Are your friends on your case because you always insist on getting home early so you can make it to yoga the next morning? Is your mom on your case because you keep refusing her pot roast the night before your yoga workshop begins? Have you been wondering lately why you “do this” in the first place, what benefit there possibly could be in having an asana practice? The short, sweet, and incredibly inspiring documentary “Ashtanga, NY” may change their mind (and yours) about yoga, about Ashtanga, about community, and even about documentaries.
With a run time of only 41 minutes, the film seems to have begun as an attempt to chronicle the month-long visit Sri K. Pattabhi Jois paid to NYC in the fall of 2001. I say seems, because there is footage of the workshop he conducts daily (with the help of his grandson and daughter) at the Chelsea Piers, beginning at the start of September. These scenes alone, alongside interviews with the dedicated group of practitioners who attend classes in NYC daily throughout the year, show the humanity and individuality of these students who might otherwise seem rigid or dogmatic.
The practice of Ashtanga itself, which a few people in the film describe as “apparently cultish,” is shown to be just a practice, not a religion. The various students generously answer personal questions and allow their private practice to be filmed, as do a handful of recognizable celebrities and, most intimately of all, we witness bits of Sharath’s (Guruji’s grandson) personal practice, too. (Last week, when a student asked me whether Ashtanga would develop his biceps and his six-pack, I referred him to the unbelievably powerful images of this young man, Sharath, who looks to be no stronger than a twelve year-old but can lift up into a handstand from a seated position). These scenes serve to ground us in a better understanding of what an asana practice can do, its health and psychological benefits, its ability to prepare us for deeper practices and better understanding.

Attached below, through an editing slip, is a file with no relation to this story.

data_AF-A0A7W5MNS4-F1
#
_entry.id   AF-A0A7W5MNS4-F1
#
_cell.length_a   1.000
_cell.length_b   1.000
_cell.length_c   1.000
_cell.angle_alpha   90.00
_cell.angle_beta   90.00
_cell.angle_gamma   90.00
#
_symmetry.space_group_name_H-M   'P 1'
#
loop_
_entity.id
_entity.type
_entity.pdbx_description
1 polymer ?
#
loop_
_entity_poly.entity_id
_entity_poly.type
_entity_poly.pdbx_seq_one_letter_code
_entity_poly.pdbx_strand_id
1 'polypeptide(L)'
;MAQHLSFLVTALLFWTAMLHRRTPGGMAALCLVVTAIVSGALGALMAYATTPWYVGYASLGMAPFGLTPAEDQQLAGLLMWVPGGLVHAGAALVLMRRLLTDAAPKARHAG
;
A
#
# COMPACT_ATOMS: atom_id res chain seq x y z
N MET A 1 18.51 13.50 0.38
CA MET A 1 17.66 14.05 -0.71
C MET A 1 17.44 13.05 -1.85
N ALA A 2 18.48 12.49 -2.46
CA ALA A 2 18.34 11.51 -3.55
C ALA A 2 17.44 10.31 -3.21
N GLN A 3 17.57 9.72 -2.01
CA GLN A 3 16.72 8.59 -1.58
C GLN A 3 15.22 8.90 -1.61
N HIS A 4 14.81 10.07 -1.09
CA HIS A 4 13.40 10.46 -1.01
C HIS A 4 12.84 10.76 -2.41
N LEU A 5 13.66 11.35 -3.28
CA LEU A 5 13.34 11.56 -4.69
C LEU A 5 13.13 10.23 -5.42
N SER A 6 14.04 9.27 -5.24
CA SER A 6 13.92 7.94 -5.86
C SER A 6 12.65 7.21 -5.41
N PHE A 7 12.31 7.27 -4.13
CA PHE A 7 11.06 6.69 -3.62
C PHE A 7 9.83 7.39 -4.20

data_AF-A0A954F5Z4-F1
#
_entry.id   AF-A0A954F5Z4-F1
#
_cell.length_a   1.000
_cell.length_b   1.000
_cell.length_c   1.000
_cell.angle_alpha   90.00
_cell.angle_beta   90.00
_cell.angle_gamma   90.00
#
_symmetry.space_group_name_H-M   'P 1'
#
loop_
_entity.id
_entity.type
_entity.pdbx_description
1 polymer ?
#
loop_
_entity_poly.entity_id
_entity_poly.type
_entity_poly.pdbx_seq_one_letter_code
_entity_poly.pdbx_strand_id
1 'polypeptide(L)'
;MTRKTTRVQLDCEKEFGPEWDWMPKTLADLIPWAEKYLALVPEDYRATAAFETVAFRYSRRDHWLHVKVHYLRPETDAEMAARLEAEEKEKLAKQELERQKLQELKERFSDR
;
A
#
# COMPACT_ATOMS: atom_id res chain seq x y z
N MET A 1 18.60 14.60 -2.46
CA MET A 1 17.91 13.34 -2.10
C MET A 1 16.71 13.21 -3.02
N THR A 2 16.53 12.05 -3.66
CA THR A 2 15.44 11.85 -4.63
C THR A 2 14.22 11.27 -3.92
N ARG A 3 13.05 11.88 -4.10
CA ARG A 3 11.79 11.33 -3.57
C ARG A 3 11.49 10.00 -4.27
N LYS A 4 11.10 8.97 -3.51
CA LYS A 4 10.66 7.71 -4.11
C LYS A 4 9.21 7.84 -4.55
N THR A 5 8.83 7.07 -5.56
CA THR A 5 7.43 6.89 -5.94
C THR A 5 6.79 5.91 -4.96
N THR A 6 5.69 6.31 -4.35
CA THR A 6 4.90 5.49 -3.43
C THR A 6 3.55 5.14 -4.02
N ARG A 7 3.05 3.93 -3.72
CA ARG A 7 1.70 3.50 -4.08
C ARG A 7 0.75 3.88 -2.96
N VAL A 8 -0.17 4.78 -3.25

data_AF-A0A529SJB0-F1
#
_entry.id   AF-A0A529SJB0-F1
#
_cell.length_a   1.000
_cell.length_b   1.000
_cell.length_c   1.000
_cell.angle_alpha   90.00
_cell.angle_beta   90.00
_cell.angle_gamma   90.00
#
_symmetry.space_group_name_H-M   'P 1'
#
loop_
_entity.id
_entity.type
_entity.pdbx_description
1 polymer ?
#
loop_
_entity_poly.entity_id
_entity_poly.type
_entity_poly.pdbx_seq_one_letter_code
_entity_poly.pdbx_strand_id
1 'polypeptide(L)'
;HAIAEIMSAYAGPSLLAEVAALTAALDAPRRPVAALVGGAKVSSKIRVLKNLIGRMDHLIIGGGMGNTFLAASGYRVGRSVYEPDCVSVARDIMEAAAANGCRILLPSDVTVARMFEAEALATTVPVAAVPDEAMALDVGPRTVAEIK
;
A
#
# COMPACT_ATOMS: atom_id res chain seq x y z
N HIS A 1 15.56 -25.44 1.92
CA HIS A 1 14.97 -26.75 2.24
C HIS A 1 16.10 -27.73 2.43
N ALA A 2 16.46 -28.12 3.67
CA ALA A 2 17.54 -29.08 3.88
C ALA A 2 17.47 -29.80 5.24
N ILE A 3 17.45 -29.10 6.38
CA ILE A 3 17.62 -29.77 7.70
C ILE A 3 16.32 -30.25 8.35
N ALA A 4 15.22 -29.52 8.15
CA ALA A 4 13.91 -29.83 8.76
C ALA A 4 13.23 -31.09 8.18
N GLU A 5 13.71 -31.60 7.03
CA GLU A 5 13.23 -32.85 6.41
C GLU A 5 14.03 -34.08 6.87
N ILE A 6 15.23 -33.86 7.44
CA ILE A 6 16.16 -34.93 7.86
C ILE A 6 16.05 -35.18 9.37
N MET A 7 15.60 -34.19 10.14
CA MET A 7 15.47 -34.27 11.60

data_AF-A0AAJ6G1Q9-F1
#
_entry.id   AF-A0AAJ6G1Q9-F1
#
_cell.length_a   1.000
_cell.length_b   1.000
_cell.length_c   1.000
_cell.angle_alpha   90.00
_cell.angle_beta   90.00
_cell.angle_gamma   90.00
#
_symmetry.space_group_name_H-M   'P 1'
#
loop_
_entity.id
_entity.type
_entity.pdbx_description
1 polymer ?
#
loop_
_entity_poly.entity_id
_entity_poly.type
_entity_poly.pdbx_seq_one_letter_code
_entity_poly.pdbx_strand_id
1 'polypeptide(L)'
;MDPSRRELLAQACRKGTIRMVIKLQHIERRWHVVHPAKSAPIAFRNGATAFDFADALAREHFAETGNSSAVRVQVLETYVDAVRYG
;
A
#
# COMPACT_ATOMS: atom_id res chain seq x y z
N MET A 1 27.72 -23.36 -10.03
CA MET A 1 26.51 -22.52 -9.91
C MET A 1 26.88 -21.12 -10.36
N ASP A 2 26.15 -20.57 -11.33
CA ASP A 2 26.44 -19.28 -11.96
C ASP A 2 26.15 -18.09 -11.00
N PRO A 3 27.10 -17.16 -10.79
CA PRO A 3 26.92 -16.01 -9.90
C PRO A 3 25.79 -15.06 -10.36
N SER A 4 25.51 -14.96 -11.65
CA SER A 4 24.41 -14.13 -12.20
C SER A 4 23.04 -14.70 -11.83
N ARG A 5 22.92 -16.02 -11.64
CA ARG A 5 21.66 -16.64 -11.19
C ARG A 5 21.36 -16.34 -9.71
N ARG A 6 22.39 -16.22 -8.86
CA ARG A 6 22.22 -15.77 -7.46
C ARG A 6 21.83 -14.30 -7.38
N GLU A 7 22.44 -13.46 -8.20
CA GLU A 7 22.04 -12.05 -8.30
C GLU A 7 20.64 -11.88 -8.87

But as September courses onward, the devastating events of the 11th occur and the film becomes so much more than just the chronicle of a yoga workshop. The documentary takes us through the reaction of the various students we’ve gotten to know and allows us to see how a group of strangers, who have only their yoga practice in common, become a community.
This film is touching, well made, and beautifully shot. I first saw it halfway through the Ashtanga portion of my yoga teacher training when so many of my colleagues, unaccustomed to a daily Mysore practice, were feeling frustrated and defeated. It inspired us to persevere (though not necessarily to push our bodies) and breathed a new perspective into our sweaty efforts on the mat. I then showed it to my husband when I was ready for him to practice more frequently than once a week. It worked. He began to practice three times weekly and helped me book our first trip to see Guruji. I now show it to students who are at a crossroads; to non-practitioners who want to know more about yoga; to my mom, when she feels offended that I’ve requested she schedule our Saturday night family dinner at 7 pm, rather than the usual Colombian-style 9 pm, so I can make it to Mysore practice the next morning.
To read more about this great documentary, click here.
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